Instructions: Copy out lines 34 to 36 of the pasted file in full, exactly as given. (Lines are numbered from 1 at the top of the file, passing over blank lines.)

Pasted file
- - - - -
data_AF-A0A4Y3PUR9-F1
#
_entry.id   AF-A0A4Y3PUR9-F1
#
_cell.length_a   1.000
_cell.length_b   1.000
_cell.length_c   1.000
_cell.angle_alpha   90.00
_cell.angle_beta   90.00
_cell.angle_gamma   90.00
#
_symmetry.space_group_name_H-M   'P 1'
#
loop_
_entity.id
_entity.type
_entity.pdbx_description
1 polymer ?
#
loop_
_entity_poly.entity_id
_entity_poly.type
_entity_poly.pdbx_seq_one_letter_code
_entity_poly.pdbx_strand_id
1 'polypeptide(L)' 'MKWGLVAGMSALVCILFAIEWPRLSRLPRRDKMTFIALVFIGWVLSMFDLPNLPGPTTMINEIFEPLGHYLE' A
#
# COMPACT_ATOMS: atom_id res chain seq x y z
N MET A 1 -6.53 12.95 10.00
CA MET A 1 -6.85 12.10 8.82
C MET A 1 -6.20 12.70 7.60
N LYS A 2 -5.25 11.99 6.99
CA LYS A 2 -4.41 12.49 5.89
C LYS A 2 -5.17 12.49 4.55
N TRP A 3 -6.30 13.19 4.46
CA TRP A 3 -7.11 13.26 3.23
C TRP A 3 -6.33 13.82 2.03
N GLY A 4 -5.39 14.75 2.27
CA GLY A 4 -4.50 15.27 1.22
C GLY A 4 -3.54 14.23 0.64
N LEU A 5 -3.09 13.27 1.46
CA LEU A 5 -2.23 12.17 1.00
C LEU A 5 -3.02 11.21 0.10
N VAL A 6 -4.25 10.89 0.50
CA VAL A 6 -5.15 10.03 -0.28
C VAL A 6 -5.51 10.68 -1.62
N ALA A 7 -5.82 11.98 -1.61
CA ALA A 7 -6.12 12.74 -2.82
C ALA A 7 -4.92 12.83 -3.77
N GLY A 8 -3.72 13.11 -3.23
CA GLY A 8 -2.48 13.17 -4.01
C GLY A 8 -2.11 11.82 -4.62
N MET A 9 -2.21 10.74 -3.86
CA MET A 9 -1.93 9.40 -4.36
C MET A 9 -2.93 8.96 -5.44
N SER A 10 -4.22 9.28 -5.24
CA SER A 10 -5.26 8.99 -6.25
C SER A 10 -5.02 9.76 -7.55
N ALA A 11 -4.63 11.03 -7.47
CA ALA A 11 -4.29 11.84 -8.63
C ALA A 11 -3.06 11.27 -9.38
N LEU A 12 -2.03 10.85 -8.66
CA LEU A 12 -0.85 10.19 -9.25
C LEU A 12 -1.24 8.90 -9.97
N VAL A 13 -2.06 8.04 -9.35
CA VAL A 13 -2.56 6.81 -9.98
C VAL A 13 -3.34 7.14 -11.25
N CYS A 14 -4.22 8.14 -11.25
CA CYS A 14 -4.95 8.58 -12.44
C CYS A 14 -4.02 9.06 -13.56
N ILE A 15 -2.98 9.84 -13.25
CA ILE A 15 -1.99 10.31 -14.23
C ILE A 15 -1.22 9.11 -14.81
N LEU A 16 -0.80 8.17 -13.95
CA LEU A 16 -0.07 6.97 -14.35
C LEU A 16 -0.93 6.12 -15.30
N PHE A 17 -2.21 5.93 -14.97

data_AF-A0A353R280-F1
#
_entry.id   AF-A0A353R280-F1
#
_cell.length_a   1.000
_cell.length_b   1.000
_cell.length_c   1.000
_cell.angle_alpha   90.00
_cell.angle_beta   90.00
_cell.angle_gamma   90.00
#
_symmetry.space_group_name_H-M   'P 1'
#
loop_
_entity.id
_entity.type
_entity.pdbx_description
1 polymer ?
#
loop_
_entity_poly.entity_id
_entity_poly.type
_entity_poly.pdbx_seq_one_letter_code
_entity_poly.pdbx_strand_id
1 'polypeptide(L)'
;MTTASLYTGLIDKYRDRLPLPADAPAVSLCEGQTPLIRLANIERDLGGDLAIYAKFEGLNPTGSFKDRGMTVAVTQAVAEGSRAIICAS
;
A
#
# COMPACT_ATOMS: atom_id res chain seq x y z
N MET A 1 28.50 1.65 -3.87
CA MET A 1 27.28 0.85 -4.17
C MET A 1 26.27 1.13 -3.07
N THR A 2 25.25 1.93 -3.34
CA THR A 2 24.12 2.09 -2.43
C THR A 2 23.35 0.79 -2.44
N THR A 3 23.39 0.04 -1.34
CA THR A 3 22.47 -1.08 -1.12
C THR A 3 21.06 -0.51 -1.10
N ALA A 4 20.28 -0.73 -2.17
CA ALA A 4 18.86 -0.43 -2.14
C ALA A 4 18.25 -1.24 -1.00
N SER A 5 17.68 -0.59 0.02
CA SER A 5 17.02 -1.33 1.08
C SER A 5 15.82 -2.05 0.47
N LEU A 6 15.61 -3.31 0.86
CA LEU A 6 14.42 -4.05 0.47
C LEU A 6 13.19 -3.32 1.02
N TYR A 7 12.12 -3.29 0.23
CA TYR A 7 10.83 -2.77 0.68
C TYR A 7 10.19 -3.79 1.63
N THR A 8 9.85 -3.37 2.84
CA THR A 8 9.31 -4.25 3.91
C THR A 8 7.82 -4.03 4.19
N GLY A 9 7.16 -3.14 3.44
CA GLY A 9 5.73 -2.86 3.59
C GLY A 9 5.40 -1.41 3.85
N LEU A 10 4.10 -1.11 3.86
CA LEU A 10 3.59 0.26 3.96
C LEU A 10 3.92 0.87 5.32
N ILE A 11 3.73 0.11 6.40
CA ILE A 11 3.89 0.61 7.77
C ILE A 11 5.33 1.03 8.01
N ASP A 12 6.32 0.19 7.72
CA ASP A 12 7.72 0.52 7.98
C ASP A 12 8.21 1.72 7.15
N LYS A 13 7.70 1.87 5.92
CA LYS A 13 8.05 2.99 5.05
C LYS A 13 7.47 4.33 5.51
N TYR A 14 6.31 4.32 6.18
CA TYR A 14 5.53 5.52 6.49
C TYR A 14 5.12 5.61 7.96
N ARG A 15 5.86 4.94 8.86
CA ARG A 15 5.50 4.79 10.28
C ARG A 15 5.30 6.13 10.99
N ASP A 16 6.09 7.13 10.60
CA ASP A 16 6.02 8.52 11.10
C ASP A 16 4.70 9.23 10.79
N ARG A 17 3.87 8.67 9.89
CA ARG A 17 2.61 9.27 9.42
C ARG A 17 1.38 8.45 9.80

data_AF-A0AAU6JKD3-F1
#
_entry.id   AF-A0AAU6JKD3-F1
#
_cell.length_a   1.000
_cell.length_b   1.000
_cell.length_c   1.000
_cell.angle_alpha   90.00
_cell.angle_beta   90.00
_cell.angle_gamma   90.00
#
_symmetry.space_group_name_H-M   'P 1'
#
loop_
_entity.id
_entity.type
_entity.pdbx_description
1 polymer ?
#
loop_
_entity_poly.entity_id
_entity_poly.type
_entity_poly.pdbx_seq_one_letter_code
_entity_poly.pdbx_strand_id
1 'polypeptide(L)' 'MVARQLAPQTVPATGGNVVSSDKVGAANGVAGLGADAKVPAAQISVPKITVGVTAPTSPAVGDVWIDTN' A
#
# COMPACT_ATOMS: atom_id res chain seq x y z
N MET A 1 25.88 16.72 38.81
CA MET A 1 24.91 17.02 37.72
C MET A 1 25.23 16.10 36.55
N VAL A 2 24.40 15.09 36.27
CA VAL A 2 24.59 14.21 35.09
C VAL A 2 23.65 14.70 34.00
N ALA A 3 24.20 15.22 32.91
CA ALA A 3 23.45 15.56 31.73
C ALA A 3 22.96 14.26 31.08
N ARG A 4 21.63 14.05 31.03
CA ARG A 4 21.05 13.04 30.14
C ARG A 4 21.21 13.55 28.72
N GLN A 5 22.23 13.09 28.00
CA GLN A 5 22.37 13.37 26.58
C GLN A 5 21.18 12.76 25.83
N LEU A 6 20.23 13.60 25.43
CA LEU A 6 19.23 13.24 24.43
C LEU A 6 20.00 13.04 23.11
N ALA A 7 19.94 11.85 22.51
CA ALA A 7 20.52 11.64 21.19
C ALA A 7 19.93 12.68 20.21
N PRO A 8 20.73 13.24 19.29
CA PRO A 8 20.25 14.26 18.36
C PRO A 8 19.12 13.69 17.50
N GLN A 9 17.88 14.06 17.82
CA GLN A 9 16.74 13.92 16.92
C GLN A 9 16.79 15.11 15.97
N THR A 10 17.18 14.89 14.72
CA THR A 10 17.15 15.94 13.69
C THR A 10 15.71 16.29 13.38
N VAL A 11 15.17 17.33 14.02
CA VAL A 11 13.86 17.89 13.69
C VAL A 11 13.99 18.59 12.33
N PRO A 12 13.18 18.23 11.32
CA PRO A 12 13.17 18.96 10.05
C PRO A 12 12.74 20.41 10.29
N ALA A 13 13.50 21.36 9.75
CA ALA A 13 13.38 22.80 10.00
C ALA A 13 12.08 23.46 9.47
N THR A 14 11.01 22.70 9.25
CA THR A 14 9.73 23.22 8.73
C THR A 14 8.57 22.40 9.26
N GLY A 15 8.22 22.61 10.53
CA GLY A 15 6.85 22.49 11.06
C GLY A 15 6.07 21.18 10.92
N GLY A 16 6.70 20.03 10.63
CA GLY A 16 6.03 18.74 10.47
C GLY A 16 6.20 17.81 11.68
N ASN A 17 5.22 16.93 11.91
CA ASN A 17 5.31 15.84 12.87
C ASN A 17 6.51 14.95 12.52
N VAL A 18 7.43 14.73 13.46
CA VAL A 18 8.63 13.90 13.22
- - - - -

N TRP A 3 -6.30 13.19 4.46
CA TRP A 3 -7.11 13.26 3.23
C TRP A 3 -6.33 13.82 2.03